Article by Nick Zotalis
Supercomputers are at the heart of the most cutting-edge scientific research of our time. They are computers that are the size of a basketball court and consume the same amount of electricity as a small town. They are used to solve extremely complex problems and simulate processes such as the folding of proteins, earthquakes, predicting climate change, high-end cybersecurity, and “testing” nuclear weapons.
For a sense of scale, a high-end desktop computer can, at its maximum, push out about 7 billion calculations in a second. These calculations are known as floating-point operations, and a floating-point operation in one second is commonly referred to as a “flop.” This means that high-end computers operate at roughly 7 billion flops, or 7 gigaflops. Almost all widely-used laptops and computers operate in the low gigaflop range.
The fastest computer in the world is located in Wuxi, China. It is called the Sunway Taihu Light, and it debuted last June. Costing 273 million U.S. dollars, it runs at a ridiculous average speed of 93 petaflops, or 93 quadrillion calculations per second. This is millions of times faster than the speed of a high-end desktop. While normal computers typically have processors with 4, 6, or 8 cores, the Taihu Light contains 10,649,600 cores. This monstrosity is by far the most powerful computer ever built, and it currently has four primary applications: advanced manufacturing, life sciences, earth system modeling and weather prediction, and big data analytics.
The Sunway Taihu Light is one of many such machines that have been constructed in China recently. The annual International Supercomputing Conference releases a list of the 500 most powerful computers in the world. In 2016, China for the first time had more computers on that list than the United States, with its 167 beating out the United States’ 165. The combined performance of all the machines in the top 500 is roughly 560 petaflops, and just the first and second placed machines on the list, both in China, account for 127 petaflops, or almost a quarter of the total. All this is remarkable, considering that just a decade ago China had a mere 28 computers in the list of the top 500.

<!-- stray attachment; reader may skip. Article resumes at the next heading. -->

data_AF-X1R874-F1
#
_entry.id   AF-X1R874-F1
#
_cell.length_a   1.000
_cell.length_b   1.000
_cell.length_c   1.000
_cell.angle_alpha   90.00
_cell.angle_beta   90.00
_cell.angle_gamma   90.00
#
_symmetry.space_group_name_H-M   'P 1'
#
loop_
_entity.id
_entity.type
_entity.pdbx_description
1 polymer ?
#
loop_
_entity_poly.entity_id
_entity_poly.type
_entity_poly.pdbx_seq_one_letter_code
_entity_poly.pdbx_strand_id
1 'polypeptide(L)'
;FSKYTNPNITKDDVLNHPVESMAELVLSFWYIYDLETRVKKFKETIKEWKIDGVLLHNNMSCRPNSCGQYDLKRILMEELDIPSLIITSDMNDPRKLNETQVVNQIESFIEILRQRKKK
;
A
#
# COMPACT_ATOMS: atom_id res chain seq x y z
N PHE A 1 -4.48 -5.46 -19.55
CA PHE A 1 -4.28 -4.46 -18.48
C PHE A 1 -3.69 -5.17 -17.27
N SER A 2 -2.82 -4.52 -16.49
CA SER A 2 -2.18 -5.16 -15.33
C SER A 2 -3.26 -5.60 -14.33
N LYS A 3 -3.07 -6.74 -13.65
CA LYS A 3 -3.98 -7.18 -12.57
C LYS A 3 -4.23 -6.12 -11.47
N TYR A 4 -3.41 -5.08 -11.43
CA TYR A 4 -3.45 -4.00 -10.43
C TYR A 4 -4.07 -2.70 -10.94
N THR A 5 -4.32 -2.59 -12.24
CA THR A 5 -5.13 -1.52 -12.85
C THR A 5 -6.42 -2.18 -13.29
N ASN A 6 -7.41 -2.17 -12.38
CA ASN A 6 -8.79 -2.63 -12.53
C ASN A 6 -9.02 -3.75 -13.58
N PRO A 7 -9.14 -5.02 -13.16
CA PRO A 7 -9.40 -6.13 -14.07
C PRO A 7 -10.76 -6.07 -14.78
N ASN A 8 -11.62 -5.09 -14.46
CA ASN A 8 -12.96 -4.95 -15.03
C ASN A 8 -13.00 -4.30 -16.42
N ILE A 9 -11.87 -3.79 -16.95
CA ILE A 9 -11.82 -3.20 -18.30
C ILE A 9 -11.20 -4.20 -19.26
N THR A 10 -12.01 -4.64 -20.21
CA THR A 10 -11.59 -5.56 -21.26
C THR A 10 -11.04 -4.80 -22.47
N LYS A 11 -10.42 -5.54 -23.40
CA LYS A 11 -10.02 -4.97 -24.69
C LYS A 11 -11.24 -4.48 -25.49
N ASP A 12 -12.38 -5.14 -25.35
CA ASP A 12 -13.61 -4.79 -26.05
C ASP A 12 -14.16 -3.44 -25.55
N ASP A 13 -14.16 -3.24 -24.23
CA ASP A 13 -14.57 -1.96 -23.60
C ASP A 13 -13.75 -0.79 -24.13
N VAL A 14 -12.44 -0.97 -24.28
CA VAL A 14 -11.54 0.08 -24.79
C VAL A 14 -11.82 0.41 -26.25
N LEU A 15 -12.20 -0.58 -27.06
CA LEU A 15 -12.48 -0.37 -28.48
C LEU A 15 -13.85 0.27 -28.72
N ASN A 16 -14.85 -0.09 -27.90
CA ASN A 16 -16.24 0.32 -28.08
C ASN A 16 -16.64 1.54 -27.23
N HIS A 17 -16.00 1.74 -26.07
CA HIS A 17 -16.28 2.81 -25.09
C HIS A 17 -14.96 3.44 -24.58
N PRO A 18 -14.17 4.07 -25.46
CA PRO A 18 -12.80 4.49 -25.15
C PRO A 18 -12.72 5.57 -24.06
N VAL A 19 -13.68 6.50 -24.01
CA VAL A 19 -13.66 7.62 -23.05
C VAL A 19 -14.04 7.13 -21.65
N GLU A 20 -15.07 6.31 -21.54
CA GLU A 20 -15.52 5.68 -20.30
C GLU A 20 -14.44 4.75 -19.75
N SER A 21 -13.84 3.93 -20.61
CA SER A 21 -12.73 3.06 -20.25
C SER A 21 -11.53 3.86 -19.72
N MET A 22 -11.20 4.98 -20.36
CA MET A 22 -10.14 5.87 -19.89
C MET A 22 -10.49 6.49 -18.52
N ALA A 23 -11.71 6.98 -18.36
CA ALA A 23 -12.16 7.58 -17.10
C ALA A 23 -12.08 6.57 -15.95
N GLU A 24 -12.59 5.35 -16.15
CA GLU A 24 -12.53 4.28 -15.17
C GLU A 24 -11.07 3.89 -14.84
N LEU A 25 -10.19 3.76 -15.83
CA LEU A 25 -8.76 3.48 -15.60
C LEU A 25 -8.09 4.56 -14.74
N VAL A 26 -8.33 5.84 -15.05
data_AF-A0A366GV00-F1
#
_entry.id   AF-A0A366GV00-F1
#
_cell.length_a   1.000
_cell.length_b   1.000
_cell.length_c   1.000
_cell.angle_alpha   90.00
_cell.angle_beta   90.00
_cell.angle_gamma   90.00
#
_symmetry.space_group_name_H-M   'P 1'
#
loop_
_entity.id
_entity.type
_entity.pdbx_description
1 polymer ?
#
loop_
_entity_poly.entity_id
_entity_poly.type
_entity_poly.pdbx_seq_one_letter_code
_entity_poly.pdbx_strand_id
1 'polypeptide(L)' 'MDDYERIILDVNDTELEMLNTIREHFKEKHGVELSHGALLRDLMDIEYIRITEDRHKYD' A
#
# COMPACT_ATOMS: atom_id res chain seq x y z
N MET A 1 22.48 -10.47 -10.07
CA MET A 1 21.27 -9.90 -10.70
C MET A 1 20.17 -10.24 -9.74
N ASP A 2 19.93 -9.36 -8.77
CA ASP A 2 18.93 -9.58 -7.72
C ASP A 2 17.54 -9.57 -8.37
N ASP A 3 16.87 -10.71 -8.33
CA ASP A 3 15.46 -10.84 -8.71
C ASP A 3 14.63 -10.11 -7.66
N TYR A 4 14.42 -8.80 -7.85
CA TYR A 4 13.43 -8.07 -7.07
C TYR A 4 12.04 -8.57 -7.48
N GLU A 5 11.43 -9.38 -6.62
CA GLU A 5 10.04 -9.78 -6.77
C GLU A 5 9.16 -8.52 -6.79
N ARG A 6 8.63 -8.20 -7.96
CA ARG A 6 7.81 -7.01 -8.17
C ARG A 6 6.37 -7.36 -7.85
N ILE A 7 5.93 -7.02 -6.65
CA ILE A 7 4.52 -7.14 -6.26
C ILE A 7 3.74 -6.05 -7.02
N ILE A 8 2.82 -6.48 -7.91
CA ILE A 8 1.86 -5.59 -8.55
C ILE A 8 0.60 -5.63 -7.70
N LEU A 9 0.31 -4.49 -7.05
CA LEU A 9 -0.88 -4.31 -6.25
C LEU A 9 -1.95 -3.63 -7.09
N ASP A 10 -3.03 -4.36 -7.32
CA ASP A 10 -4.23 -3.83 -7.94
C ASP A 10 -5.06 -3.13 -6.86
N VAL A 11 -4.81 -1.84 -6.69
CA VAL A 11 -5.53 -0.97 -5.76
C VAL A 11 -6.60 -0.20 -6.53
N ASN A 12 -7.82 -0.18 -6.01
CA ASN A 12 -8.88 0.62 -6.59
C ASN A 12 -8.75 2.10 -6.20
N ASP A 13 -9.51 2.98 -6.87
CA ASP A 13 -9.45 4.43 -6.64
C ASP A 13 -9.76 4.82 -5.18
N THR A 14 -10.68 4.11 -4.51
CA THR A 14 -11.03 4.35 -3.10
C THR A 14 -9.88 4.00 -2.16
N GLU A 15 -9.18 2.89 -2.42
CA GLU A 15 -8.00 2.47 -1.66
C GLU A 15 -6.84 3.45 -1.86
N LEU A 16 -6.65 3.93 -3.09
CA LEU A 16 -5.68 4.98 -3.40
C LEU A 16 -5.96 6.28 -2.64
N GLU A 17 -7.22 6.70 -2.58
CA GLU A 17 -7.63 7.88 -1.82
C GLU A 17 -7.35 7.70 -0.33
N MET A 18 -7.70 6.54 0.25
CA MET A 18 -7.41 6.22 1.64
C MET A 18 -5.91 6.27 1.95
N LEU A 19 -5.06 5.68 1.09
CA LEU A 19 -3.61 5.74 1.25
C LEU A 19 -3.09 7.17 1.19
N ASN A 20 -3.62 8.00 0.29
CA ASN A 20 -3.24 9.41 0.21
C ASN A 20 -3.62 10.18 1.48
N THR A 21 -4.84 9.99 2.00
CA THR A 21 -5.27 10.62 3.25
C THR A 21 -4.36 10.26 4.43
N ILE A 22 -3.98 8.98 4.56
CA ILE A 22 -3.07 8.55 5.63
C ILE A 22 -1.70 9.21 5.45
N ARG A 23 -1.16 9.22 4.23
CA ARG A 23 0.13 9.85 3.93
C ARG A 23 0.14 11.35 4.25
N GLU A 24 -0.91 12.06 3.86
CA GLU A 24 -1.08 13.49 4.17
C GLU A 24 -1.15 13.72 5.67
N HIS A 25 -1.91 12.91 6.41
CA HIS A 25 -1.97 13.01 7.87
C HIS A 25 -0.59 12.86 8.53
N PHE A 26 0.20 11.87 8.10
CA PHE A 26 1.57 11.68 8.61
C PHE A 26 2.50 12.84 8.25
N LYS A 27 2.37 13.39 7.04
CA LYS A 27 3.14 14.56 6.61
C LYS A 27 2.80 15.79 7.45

Now, China’s National Supercomputer Centre has announced that it is planning to complete the first “exascale” prototype in the next few months, operating at the level of exaflops. An exaflop would be the level beyond petaflops, where an exaflop is equivalent to 1000 petaflops. This prototype will not be the final product, with the final version expected to come out by the end of 2018. One can only speculate as to the applications of a machine that can perform a billion calculations every single second. The U.S. Department of Energy is also planning to have an exascale computer ready, although by 2023, and explains some of these remarkable possibilities on its website.
The explosion of high-level computing in China is no accident. China has seen an unparalleled tech boom over the last few decades. As the country has opened itself up to the world, massive companies like Baidu, Tencent, and JD have become Chinese equivalents to Google, Yahoo!, and Amazon respectively. Young Chinese programmers are moving away from copying American products to creating new projects such as YY, a live streaming service based in Guangzhou, China that is moving into the online dating business. Not only that, but other sectors of the Chinese economy such as construction and agriculture are starting to incorporate data and the surge of the internet in exciting, innovative ways.
There is no doubt that China is on an upward trajectory in the modern age when it comes to technology. Supercomputers are some of the most important tools that are used in cutting-edge research around the world today. The race to construct the next generation of supercomputers is the modern-day space race, and so far, China is winning.
Feature Image Credit: Christiaan Colen